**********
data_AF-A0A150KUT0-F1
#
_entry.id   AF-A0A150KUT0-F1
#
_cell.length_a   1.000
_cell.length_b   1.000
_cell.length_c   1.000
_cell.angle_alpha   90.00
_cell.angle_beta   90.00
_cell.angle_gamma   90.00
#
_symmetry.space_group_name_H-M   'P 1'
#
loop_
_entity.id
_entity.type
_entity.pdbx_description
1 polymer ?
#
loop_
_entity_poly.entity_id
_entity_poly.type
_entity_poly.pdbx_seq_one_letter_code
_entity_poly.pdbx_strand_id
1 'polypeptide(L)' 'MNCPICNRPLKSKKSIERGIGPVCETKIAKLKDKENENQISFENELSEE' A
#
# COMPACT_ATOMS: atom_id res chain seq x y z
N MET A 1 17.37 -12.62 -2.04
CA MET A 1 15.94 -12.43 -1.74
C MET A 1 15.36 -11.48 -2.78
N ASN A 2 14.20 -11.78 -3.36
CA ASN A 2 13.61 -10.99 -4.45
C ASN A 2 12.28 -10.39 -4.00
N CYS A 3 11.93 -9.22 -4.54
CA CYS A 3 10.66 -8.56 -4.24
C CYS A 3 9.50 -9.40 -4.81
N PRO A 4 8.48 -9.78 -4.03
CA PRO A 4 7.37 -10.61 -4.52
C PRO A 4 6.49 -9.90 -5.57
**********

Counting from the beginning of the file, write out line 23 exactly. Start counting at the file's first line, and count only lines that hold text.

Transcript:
_entity_poly.pdbx_seq_one_letter_code